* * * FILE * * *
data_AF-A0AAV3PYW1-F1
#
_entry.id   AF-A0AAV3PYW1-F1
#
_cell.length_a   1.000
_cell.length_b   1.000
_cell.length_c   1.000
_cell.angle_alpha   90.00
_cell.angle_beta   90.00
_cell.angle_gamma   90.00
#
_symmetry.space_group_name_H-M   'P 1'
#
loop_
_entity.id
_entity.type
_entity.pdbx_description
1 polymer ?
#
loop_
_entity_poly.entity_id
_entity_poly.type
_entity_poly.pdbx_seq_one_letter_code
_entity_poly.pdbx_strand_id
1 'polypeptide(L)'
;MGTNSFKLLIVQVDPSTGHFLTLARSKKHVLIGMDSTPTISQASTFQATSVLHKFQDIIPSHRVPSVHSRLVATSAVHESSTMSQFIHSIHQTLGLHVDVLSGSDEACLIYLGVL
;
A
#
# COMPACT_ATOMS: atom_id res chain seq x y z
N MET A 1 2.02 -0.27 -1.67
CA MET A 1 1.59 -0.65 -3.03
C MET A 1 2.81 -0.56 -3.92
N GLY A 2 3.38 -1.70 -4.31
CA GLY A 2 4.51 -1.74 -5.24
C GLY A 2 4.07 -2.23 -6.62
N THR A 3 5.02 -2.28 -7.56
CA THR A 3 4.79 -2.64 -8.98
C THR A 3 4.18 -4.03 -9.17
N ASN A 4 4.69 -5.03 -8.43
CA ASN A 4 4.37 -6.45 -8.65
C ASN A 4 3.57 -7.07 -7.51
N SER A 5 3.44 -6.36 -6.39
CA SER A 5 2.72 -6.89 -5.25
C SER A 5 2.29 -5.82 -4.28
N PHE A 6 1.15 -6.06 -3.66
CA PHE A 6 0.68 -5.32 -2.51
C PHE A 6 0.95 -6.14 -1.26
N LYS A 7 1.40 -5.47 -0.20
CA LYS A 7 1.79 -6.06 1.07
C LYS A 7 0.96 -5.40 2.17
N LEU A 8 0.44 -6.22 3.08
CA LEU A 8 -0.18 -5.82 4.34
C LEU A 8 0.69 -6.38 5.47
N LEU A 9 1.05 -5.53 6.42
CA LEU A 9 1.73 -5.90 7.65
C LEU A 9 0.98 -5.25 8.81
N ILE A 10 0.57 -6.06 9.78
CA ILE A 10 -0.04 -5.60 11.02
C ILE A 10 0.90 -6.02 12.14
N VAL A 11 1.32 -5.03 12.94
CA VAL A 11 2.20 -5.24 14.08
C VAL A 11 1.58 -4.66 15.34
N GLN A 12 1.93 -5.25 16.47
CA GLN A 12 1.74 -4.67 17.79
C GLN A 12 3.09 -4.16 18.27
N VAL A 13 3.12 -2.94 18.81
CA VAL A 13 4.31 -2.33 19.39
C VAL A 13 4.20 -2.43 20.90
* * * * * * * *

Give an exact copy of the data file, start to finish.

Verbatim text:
data_AF-A0AAV3PYW1-F1
#
_entry.id   AF-A0AAV3PYW1-F1
#
_cell.length_a   1.000
_cell.length_b   1.000
_cell.length_c   1.000
_cell.angle_alpha   90.00
_cell.angle_beta   90.00
_cell.angle_gamma   90.00
#
_symmetry.space_group_name_H-M   'P 1'
#
loop_
_entity.id
_entity.type
_entity.pdbx_description
1 polymer ?
#
loop_
_entity_poly.entity_id
_entity_poly.type
_entity_poly.pdbx_seq_one_letter_code
_entity_poly.pdbx_strand_id
1 'polypeptide(L)'
;MGTNSFKLLIVQVDPSTGHFLTLARSKKHVLIGMDSTPTISQASTFQATSVLHKFQDIIPSHRVPSVHSRLVATSAVHESSTMSQFIHSIHQTLGLHVDVLSGSDEACLIYLGVL
;
A
#
# COMPACT_ATOMS: atom_id res chain seq x y z
N MET A 1 2.02 -0.27 -1.67
CA MET A 1 1.59 -0.65 -3.03
C MET A 1 2.81 -0.56 -3.92
N GLY A 2 3.38 -1.70 -4.31
CA GLY A 2 4.51 -1.74 -5.24
C GLY A 2 4.07 -2.23 -6.62
N THR A 3 5.02 -2.28 -7.56
CA THR A 3 4.79 -2.64 -8.98
C THR A 3 4.18 -4.03 -9.17
N ASN A 4 4.69 -5.03 -8.43
CA ASN A 4 4.37 -6.45 -8.65
C ASN A 4 3.57 -7.07 -7.51
N SER A 5 3.44 -6.36 -6.39
CA SER A 5 2.72 -6.89 -5.25
C SER A 5 2.29 -5.82 -4.28
N PHE A 6 1.15 -6.06 -3.66
CA PHE A 6 0.68 -5.32 -2.51
C PHE A 6 0.95 -6.14 -1.26
N LYS A 7 1.40 -5.47 -0.20
CA LYS A 7 1.79 -6.06 1.07
C LYS A 7 0.96 -5.40 2.17
N LEU A 8 0.44 -6.22 3.08
CA LEU A 8 -0.18 -5.82 4.34
C LEU A 8 0.69 -6.38 5.47
N LEU A 9 1.05 -5.53 6.42
CA LEU A 9 1.73 -5.90 7.65
C LEU A 9 0.98 -5.25 8.81
N ILE A 10 0.57 -6.06 9.78
CA ILE A 10 -0.04 -5.60 11.02
C ILE A 10 0.90 -6.02 12.14
N VAL A 11 1.32 -5.03 12.94
CA VAL A 11 2.20 -5.24 14.08
C VAL A 11 1.58 -4.66 15.34
N GLN A 12 1.93 -5.25 16.47
CA GLN A 12 1.74 -4.67 17.79
C GLN A 12 3.09 -4.16 18.27
N VAL A 13 3.12 -2.94 18.81
CA VAL A 13 4.31 -2.33 19.39
C VAL A 13 4.20 -2.43 20.90